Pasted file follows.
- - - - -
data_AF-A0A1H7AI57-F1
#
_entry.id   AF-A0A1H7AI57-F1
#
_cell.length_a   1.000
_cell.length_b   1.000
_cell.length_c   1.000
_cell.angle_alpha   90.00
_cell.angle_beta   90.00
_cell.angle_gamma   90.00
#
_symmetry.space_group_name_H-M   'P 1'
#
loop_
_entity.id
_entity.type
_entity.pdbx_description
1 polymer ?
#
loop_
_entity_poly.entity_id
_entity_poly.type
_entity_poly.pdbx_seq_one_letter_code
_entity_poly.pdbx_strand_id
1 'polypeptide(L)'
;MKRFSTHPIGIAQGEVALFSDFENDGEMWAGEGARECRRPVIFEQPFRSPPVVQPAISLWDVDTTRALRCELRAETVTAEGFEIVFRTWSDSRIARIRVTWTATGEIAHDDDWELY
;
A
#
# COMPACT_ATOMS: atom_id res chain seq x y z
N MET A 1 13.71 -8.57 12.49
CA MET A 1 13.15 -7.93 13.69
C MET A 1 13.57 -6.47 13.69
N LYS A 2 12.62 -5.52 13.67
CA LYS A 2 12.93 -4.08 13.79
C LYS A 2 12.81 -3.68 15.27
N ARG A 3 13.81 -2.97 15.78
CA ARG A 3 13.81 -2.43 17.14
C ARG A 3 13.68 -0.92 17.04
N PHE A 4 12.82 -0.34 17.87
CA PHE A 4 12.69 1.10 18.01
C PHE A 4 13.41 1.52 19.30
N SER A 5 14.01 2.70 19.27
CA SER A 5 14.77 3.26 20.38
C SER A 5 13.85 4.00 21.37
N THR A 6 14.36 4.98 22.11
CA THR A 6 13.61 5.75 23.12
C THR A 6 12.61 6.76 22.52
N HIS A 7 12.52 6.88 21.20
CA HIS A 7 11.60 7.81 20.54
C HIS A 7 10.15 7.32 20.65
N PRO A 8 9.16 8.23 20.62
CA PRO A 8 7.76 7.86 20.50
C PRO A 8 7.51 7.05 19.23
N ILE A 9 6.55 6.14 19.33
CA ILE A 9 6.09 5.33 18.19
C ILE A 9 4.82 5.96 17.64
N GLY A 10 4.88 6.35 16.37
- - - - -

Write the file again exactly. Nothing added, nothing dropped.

data_AF-A0A1H7AI57-F1
#
_entry.id   AF-A0A1H7AI57-F1
#
_cell.length_a   1.000
_cell.length_b   1.000
_cell.length_c   1.000
_cell.angle_alpha   90.00
_cell.angle_beta   90.00
_cell.angle_gamma   90.00
#
_symmetry.space_group_name_H-M   'P 1'
#
loop_
_entity.id
_entity.type
_entity.pdbx_description
1 polymer ?
#
loop_
_entity_poly.entity_id
_entity_poly.type
_entity_poly.pdbx_seq_one_letter_code
_entity_poly.pdbx_strand_id
1 'polypeptide(L)'
;MKRFSTHPIGIAQGEVALFSDFENDGEMWAGEGARECRRPVIFEQPFRSPPVVQPAISLWDVDTTRALRCELRAETVTAEGFEIVFRTWSDSRIARIRVTWTATGEIAHDDDWELY
;
A
#
# COMPACT_ATOMS: atom_id res chain seq x y z
N MET A 1 13.71 -8.57 12.49
CA MET A 1 13.15 -7.93 13.69
C MET A 1 13.57 -6.47 13.69
N LYS A 2 12.62 -5.52 13.67
CA LYS A 2 12.93 -4.08 13.79
C LYS A 2 12.81 -3.68 15.27
N ARG A 3 13.81 -2.97 15.78
CA ARG A 3 13.81 -2.43 17.14
C ARG A 3 13.68 -0.92 17.04
N PHE A 4 12.82 -0.34 17.87
CA PHE A 4 12.69 1.10 18.01
C PHE A 4 13.41 1.52 19.30
N SER A 5 14.01 2.70 19.27
CA SER A 5 14.77 3.26 20.38
C SER A 5 13.85 4.00 21.37
N THR A 6 14.36 4.98 22.11
CA THR A 6 13.61 5.75 23.12
C THR A 6 12.61 6.76 22.52
N HIS A 7 12.52 6.88 21.20
CA HIS A 7 11.60 7.81 20.54
C HIS A 7 10.15 7.32 20.65
N PRO A 8 9.16 8.23 20.62
CA PRO A 8 7.76 7.86 20.50
C PRO A 8 7.51 7.05 19.23
N ILE A 9 6.55 6.14 19.33
CA ILE A 9 6.09 5.33 18.19
C ILE A 9 4.82 5.96 17.64
N GLY A 10 4.88 6.35 16.37